And in time, that became a skill like any other.
That’s not to say there aren’t tricks to use to get you through periods low on inspiration and enjoying the writing or developing process. Sometimes you can take a break from a project, and discover some other kind of game work is more fulfilling. Sometime you can subvert expectations or analyze what about a project you find lacking and, by addressing that, both become motivated and make the project better. Sometimes you can shuffle the order of things and do boring scut work–whatever that is for you, be it tables, paginations, formatting, outlining, finishing touches, whatever–when you’re not feeling creative to save the “creative” work for when your muse is working.
But sometimes, you just have to tackle the grind and get the job done.
I’ve discussed things related to this topic fairly often. I’ve talked about making sure the whole world isn’t your job, coping mechanisms for impostor syndrome, watching for signs of burnout, and even balancing the needs of burnout and the rent. I’ve also talked about working sick, which is closer to the kind of doing-the-job-when-you-don’t-care skill I’m talking about here, and what I see as the basics of game industry professionalism. And I’ve made lots of posts about coping mechanisms.
But I don’t think I’ve every just come out and said this:
“To be a successful, full-time professional in this industry, you have to do the work even when you are in no mood to do the work.”
And its corollary: “If you want people to trust you to be able to get the work of a full-time professional done, they have to have confidence in your ability to work when unmotivated.”
You don’t have to start there. But you do have to GET there, eventually, or you’ll hit a ceiling of success.
I have coping mechanisms for this, too, of course. I have no idea how universal they are, because this is a topic no one ever seems to want to talk about, until we’re huddled around drinks after-hours at a convention telling horror stories. So none of this may be useful to anyone but me. I offer them up regardless.
These may not help you do the work when you couldn’t care less, but you have to find SOMETHING that can.
So what do I use?
I talk to a trusted source, and see if they can spark some excitement. To be honest, this ENTIRE blog post comes from me not being motivated to write anything for the professional end of my blog this week, and talking to a trusted collaborator who suggested that itself was a topic I should tackle. And in this case, writing about lack of motivation was a perfect task for when I’m not motivated.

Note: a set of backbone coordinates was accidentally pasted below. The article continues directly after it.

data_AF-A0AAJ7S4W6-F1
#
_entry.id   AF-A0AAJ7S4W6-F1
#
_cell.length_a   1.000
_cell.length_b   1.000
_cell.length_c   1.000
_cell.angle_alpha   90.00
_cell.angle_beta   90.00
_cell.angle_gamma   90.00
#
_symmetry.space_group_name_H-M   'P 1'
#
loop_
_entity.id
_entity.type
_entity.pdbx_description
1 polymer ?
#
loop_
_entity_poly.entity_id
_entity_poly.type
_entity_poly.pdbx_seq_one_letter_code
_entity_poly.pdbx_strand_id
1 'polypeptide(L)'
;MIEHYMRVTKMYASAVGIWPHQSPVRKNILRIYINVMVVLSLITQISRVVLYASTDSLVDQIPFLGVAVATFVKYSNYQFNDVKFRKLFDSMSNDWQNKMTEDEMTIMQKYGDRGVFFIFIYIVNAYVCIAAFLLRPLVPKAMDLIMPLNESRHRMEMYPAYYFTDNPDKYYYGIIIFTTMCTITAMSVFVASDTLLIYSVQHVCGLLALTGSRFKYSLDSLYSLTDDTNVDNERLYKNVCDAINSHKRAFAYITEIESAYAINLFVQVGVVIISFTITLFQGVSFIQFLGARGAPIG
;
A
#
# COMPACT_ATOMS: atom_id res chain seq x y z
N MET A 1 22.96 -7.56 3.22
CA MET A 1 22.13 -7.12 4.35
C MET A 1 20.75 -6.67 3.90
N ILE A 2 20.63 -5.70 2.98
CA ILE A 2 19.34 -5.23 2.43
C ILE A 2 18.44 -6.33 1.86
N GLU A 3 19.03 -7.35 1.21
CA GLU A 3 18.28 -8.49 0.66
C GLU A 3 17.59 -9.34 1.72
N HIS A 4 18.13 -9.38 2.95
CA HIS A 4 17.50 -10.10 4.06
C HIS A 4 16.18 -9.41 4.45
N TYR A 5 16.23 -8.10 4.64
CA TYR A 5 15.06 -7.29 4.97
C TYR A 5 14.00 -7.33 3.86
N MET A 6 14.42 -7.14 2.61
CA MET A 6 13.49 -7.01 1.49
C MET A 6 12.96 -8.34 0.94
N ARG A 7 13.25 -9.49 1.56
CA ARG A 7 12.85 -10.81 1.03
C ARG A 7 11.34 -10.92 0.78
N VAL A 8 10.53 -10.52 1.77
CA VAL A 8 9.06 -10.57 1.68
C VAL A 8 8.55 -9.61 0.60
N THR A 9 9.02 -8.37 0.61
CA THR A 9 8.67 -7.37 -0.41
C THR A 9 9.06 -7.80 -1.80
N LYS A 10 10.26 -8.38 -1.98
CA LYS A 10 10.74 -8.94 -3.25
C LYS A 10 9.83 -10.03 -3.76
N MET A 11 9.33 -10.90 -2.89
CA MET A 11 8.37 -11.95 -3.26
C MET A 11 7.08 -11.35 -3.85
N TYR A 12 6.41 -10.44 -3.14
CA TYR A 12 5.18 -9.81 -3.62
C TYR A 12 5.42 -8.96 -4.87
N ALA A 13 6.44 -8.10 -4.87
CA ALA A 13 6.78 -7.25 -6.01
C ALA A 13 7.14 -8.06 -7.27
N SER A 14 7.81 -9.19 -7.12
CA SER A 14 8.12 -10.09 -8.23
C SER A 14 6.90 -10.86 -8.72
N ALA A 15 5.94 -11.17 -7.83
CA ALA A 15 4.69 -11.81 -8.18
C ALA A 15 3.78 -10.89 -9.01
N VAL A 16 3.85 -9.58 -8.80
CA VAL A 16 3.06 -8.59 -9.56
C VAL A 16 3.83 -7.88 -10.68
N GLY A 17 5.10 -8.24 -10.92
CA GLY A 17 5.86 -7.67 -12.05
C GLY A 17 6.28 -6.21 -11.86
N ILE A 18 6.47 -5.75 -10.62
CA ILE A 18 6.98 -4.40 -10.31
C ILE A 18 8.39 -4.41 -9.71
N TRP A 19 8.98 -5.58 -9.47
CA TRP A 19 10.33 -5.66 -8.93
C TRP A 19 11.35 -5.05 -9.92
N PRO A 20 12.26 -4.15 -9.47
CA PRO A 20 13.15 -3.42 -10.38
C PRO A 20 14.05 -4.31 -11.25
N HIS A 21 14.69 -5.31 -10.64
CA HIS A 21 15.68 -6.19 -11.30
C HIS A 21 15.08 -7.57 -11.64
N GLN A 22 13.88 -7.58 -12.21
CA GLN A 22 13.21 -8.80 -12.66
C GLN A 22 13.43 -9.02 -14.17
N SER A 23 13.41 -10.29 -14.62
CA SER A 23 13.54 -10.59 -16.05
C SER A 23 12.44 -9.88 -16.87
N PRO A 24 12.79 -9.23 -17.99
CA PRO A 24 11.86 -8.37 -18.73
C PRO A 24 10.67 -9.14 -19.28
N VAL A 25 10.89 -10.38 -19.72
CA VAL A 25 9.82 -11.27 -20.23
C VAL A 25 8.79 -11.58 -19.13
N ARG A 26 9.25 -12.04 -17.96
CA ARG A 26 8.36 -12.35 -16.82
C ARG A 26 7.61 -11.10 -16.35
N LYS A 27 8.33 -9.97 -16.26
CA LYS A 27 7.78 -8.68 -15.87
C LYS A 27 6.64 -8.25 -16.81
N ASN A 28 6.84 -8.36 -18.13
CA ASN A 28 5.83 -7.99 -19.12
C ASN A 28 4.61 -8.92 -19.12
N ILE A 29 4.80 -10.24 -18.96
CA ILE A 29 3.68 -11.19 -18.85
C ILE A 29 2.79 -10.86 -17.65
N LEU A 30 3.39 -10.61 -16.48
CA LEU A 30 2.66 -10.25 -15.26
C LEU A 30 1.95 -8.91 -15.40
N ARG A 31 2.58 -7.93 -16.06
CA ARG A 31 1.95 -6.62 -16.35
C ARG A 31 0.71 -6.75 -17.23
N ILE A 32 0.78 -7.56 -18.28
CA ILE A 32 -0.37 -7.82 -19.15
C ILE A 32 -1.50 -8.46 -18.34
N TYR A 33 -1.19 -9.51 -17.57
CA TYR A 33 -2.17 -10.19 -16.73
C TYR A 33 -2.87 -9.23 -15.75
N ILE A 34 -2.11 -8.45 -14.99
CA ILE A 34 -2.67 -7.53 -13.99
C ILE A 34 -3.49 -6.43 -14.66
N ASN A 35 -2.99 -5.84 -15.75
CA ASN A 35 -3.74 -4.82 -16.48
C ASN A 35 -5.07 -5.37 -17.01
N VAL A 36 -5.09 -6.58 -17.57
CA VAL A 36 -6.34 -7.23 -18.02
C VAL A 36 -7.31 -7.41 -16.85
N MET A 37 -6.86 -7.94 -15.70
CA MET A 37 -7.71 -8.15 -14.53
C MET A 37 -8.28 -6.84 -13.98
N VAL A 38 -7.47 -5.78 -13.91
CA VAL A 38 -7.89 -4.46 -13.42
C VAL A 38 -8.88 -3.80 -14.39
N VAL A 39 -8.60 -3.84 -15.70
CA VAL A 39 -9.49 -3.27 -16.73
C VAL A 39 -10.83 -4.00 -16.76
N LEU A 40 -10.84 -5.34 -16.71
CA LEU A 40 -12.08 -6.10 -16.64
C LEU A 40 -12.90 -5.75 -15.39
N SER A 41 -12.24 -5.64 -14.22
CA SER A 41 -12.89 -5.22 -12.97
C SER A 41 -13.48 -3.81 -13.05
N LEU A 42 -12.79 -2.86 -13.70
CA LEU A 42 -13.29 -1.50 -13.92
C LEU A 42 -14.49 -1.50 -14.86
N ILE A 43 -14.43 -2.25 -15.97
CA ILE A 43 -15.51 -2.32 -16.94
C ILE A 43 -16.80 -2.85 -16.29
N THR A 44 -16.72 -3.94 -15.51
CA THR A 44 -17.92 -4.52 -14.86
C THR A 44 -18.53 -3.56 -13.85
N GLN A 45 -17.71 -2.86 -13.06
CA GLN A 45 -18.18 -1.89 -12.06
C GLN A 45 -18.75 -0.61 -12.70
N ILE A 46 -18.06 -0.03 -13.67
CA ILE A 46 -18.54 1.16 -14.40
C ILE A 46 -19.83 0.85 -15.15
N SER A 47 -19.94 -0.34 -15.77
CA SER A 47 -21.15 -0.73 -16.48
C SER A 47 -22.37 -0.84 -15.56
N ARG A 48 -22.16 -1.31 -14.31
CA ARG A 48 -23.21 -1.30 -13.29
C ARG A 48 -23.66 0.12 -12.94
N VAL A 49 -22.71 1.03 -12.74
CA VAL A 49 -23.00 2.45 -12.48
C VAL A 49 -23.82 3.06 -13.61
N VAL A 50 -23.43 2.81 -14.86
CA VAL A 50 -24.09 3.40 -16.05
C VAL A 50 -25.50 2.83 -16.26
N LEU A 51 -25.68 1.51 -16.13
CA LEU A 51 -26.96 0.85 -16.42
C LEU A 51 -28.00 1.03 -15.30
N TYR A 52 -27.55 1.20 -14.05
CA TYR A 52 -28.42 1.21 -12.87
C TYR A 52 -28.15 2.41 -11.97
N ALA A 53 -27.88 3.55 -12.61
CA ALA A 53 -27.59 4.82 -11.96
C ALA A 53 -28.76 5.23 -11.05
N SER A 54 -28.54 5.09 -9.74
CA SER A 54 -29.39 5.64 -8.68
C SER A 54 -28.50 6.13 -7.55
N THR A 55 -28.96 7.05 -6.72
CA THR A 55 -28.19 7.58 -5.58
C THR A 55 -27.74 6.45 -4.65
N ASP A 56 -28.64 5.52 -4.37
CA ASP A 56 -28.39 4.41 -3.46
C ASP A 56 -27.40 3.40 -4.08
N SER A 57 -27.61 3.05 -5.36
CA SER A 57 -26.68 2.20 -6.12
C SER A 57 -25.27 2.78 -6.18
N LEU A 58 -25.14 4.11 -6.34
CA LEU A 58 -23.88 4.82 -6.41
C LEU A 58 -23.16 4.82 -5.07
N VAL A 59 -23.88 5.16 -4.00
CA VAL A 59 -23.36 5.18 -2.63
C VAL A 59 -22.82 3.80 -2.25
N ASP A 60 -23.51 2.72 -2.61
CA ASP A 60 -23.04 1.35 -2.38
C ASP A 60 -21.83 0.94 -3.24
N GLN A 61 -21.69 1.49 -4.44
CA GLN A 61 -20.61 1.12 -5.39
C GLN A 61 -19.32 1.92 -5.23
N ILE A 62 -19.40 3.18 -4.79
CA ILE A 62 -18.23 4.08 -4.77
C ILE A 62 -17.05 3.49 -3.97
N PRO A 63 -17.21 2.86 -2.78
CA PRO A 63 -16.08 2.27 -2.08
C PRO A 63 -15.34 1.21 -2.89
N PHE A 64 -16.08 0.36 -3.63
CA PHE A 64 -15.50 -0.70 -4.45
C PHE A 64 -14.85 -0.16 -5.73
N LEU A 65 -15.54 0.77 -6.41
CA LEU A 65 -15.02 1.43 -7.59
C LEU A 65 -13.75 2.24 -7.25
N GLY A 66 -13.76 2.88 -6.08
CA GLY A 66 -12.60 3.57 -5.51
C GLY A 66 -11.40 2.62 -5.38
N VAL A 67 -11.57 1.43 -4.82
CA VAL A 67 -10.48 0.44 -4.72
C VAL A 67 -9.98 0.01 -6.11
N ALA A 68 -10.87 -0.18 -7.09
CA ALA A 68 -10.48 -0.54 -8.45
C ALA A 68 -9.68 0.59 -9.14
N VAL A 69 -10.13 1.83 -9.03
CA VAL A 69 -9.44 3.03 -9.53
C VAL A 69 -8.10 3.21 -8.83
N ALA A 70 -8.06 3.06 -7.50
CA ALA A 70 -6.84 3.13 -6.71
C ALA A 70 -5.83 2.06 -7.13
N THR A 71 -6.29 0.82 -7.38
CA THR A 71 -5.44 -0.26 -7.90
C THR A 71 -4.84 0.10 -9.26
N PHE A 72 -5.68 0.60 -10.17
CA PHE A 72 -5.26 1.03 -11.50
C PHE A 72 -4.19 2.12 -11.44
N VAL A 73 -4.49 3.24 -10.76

I try to change the conditions of my environment. Different-than-usual music, different diet drinks, different things on my desk–anything to alter the physiognomy of my work space. Even if I can’t spark motivation, I can alter the feel of the drudgery so it’s less wearying than the same thing over and over and over.
I work in bursts. Often I am better off writing for 20 minutes, no matter how bad or annoying or 5-degrees-off-true the words are, and then taking a short break. This works especially well if I am having trouble writing, but am still okay to develop existing words. By the next day, the work is existing text, and I can make improvements to the less-than-stellar work of the previous day.
That last one hurts. It means that, at the time I am doing the work, it feels like it’s not work worthy of me, or my employer, or the project.
But for a professional, sometimes what you have to focus on is that at the end of the day, it needs to get done. Every professional I have ever discussed this with agrees that sometimes, you just have to grit it out, so there adventure is finished, the book is published, the project can move forward…
The blog has content.
This is one reason editors and project managers and publishers talk about the value of a freelancer who hits their deadlines and stays in communication before they talk about awesome ideas and inspired writing. Obviously “great” is better than “adequate,” but adequate is better than greatness so late the company has gone bankrupt.
Without people who can do the job even when the muse is silent, inspiration doesn’t strike, and motivation is lacking, you can’t have a game industry. Once careers and house payments and full-time jobs and health insurance is involved, the product must get done, even if it’s not the most inspired entry in the field. And I don’t think we do anyone any favors to hide that fact. Sometimes this career is fulfilling and awesome.
Sometimes it’s what we have to do to fulfill our obligations.